'Sapp' and Gesell vie for point guard minutes at Iowa

Gesell and Clemmons battling for starter's minutes at PG

Iowa point guards Anthony Clemmons (5, left) and Mike Gesell (10) during media day at Carver-Hawkeye Arena on Thursday, Oct. 11, 2012, in Iowa City. (Liz Martin/The Gazette-KCRG)
Iowa point guards Anthony Clemmons (5, left) and Mike Gesell (10) during media day at Carver-Hawkeye Arena on Thursday, Oct. 11, 2012, in Iowa City. (Liz Martin/The Gazette-KCRG)

IOWA CITY — At first blush, Mike Gesell and Anthony Clemmons have little in common other than their 6-foot-1 height. Gesell hails from South Sioux City, Neb., a small town on the Missouri River's west side. Clemmons comes from Lansing, Mich. Gesell has a sleek build and sprinter speed. Clemmons is physical with running back quickness. "We definitely bring different things to the table," Gesell said. But the freshmen point guards have the most important common trait, and that's winning. Both earned state titles with their high schools. Both have confidence that they can provide leadership and a valuable skill set to Iowa this season despite their youth. Clemmons averaged 14.7 points and 4.5 assists a game as a senior while leading Lansing Sexton to the Michigan Class B state title. He was an all-stater last year and a three-year starter. He's also tough-minded. He played strong safety on his high school football team and likes contact.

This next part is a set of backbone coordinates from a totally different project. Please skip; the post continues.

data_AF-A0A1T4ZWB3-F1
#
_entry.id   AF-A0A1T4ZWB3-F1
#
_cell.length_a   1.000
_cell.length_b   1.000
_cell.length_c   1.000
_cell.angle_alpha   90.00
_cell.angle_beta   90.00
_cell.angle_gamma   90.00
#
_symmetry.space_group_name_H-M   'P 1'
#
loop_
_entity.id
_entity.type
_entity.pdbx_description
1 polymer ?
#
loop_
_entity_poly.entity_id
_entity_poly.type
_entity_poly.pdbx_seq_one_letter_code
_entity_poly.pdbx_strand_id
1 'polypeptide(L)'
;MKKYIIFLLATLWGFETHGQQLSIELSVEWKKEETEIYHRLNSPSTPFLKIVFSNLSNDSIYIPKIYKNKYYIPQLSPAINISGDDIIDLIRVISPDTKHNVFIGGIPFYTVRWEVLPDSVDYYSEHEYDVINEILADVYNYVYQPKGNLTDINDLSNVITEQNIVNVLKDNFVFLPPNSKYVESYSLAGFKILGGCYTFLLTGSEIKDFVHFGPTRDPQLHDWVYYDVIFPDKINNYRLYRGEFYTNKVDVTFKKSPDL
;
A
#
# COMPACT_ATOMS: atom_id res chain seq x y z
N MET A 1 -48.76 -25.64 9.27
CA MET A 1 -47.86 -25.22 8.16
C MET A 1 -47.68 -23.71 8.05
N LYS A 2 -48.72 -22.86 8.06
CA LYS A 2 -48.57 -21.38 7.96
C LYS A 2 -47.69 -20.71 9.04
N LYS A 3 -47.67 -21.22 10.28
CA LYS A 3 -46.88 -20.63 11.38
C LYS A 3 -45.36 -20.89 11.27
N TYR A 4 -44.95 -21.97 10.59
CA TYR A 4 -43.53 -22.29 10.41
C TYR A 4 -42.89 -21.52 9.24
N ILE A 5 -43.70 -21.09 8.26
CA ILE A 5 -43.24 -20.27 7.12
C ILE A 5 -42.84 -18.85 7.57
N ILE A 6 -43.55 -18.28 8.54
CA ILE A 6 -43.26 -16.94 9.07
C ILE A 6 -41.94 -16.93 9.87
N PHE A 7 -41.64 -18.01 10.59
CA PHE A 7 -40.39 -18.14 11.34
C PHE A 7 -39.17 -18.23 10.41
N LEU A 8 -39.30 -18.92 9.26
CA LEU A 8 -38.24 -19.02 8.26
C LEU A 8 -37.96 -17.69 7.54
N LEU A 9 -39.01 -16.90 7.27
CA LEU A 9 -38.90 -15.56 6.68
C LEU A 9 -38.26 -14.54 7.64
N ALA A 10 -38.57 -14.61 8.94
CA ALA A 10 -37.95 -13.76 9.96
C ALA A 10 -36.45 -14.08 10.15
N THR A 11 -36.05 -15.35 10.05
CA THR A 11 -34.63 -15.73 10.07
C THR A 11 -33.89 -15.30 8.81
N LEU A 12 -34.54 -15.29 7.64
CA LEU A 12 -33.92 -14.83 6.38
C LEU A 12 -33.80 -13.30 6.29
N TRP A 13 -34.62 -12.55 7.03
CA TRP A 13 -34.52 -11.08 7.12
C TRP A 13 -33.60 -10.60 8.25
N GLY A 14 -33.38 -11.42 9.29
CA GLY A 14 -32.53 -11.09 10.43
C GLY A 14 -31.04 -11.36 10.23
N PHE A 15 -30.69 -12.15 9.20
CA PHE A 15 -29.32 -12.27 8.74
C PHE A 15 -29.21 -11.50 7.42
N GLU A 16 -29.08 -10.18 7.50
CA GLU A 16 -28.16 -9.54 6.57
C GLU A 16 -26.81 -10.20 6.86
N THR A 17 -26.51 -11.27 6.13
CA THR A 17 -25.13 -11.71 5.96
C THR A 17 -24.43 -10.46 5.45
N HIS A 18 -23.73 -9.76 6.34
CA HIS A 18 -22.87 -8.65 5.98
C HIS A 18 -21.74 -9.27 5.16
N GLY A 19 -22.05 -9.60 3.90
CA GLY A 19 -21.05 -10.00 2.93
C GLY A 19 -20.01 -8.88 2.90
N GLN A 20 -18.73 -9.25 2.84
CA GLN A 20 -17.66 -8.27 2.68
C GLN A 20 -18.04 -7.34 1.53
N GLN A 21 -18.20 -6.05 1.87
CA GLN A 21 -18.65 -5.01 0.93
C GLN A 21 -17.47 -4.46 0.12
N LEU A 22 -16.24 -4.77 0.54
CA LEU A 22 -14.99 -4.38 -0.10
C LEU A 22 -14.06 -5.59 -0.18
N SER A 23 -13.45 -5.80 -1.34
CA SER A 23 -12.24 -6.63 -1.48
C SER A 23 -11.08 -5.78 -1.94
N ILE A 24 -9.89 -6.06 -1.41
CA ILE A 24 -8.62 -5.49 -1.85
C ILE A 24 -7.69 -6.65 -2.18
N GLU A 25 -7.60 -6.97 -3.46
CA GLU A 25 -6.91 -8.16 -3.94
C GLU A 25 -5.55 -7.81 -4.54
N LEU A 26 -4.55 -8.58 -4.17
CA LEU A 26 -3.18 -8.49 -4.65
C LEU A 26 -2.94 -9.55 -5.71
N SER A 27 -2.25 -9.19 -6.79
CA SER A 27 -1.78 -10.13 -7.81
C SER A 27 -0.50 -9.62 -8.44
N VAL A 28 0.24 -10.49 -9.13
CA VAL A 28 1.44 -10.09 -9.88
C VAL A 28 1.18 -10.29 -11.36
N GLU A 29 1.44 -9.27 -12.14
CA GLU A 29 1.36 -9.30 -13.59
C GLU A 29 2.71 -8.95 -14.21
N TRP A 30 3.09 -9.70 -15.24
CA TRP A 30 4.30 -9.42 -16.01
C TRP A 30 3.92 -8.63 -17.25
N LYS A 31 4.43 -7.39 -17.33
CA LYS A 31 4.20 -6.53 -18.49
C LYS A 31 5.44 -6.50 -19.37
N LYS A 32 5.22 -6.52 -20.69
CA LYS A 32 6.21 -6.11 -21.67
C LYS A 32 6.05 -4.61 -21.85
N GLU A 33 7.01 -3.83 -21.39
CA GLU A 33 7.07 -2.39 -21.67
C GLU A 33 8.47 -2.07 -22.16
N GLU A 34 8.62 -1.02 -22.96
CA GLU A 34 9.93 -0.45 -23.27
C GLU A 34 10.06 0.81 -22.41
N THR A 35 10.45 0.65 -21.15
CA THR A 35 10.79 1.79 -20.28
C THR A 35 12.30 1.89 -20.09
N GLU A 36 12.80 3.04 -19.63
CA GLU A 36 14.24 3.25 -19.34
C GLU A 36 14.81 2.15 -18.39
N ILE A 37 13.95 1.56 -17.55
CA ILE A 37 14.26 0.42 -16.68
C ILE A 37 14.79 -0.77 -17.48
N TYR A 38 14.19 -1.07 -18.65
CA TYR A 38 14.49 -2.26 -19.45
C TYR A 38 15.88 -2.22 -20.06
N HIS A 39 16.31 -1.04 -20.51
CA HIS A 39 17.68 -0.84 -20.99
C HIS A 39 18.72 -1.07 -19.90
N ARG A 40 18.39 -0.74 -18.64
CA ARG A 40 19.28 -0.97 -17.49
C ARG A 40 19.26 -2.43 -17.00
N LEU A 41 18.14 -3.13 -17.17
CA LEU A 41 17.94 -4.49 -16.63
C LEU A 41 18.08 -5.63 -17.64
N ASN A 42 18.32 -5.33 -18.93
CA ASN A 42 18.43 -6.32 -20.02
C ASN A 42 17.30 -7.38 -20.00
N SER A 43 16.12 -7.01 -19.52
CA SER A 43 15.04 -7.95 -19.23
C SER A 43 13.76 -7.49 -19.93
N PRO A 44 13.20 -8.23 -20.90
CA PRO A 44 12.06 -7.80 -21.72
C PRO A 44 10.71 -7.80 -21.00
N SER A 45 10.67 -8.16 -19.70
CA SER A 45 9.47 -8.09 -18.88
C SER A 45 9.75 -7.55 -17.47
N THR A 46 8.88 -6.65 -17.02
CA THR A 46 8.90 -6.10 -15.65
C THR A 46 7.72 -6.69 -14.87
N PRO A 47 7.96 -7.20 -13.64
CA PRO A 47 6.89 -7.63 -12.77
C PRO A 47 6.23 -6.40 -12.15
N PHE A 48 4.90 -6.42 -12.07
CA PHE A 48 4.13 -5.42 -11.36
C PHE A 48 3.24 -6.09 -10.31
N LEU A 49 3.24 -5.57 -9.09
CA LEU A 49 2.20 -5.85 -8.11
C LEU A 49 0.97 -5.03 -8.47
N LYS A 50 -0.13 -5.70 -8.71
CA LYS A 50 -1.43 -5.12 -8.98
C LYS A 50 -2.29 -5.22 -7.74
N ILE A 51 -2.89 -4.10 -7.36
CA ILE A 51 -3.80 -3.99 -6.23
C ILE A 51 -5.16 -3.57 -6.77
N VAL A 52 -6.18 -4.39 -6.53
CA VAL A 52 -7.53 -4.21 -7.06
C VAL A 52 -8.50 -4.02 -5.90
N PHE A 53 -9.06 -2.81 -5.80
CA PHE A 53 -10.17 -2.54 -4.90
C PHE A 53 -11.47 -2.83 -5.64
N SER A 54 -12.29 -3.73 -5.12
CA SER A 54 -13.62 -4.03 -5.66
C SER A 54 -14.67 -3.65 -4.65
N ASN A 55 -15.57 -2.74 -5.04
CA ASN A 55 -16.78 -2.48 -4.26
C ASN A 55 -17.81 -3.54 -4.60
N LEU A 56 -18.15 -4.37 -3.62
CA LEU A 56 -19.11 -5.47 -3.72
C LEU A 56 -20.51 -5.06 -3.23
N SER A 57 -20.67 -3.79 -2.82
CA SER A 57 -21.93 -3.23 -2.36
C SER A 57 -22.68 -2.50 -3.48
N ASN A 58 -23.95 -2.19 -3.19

"The defensive aspects, the physicality, I can bang and take a couple of shots when I go into the paint," Clemmons said. "I think it actually helps me when I'm elevating, being able to take a punch and actually finish. I think that football helped me a lot." Football also gave the 18-year-old Clemmons his lifelong nickname. He played defensive tackle as a 7-year-old in a tackle football league and was unstoppable. He wore No. 99 and his future high school coach gave him the nickname "Baby Sapp." "I was actually a chubby, stocky kid and I'd say I was almost unstoppable because I was quick and could get through the line real fast," Clemmons said. "Once I grew, they just started calling me 'Sapp.'" Clemmons transitioned that football toughness into basketball wins in high school. In workouts he's earned respect from his new teammates, including Gesell, who faces him every day. "He's definitely a great defender," Gesell said. "That's helped me in practice. I feel like I'm maybe a little bit better shooter. He's great at getting to the basket. We're definitely going to complement each other very well." Gesell, 18, was a four-star, top-100 Rivals recruit and twice was named the Gatorade Player of the Year in Nebraska. He averaged 25.1 points, 7.4 assists, 6.0 rebounds and 2.9 steals a game and is the all-time points leader in Sioux City-area history with 2,112. Gesell also ranked first in his graduating class and finished with a 4.0 GPA. He followed up with A's in summer school. "If you know him, and if you're around him at all — and this is a very strong statement — there have been very few, if any more focused athletes I've ever been around," Iowa Coach Fran McCaffery said. "Very similar to Matt Gatens in that respect, and I could name some of the great players that I've had over the years. Talk about having the ability to focus and keep your day in order. "Also, and I use this term about him a lot, he's got the greatest case of amnesia I've ever seen. If he does turn it over or misses a shot, it's like it never happened. He's on to the next play and on to the next challenge. That is truly something that we often times try to encourage our guys to be like that." The freshmen compete against one another in workouts and practice. Gesell surprised Clemmons with his athletic ability and mental toughness. "Mike, he's a fabulous scorer," Clemmons said. "He can score in a variety of ways. He can take you off the dribble, pull-ups, step back, actually dunk it on you. He's unbelievable. He's better than I thought when I first came in." Clemmons and Gesell will share minutes, and shooting guard Devyn Marble could slide over to the point in a pinch. Marble, a junior, started 13 games at point guard last year but he's focused on scoring without directing the offense. Marble likes what he sees out of the freshman tandem and appreciates their differences. "I think Mike is more of an offensive-minded point guard," Marble said. "Sapp is more of a defensive-minded point guard. That's what makes them such good point guards in their own way, how they can co-exist and bring something different to the table. "You never know what kind of game you might be in at the time. At the end, we might be in more of a defensive standpoint, so Sapp might be in the game. If we're trying to get back in a game, four or eight points down, we probably will have Mike, who at this point is a little bit better scorer than Sapp. I think there's a lot of versatility between the two guys. They both handle the ball well." While the tandem will compete for minutes, both this year and throughout their careers, they both are focused on the team success. After all, that's what history judges from a point guard. "We know what makes a team successful," Gesell said. "We know that we can't worry about minutes, we can't worry about any of that. If I'm playing more or if he's playing more, we've just got to encourage each other and compete against each other." "I just want to come in and win," Clemmons said. "As a point guard, you're really distributing, being a leader on the floor. Whatever my role is, I'm going to take that role and do what it takes to win."


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